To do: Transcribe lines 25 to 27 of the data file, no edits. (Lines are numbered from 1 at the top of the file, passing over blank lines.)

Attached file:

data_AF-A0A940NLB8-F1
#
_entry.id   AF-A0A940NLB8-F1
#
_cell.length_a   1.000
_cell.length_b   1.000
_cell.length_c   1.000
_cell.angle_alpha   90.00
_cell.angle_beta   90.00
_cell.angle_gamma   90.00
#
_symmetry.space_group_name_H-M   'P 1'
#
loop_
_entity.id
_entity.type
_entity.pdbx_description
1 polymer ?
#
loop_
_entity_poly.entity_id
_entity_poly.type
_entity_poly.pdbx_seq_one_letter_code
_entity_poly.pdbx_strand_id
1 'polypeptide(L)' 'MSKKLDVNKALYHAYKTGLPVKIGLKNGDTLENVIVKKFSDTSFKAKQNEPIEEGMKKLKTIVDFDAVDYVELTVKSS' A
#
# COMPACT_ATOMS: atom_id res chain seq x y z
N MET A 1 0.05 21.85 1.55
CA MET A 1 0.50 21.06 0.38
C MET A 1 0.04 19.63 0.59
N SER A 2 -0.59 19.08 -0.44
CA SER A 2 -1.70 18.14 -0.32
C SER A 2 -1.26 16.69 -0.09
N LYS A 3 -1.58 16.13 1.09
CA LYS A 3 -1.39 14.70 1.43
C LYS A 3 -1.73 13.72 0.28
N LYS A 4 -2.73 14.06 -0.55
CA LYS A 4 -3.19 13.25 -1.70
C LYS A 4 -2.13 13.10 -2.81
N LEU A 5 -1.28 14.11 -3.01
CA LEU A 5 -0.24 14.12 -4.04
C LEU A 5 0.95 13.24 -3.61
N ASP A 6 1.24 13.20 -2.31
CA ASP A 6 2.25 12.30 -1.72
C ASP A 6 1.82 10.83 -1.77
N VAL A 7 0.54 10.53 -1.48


1 'polypeptide(L)' 'MSKKLDVNKALYHAYKTGLPVKIGLKNGDTLENVIVKKFSDTSFKAKQNEPIEEGMKKLKTIVDFDAVDYVELTVKSS' A
#
# COMPACT_ATOMS: atom_id res chain seq x y z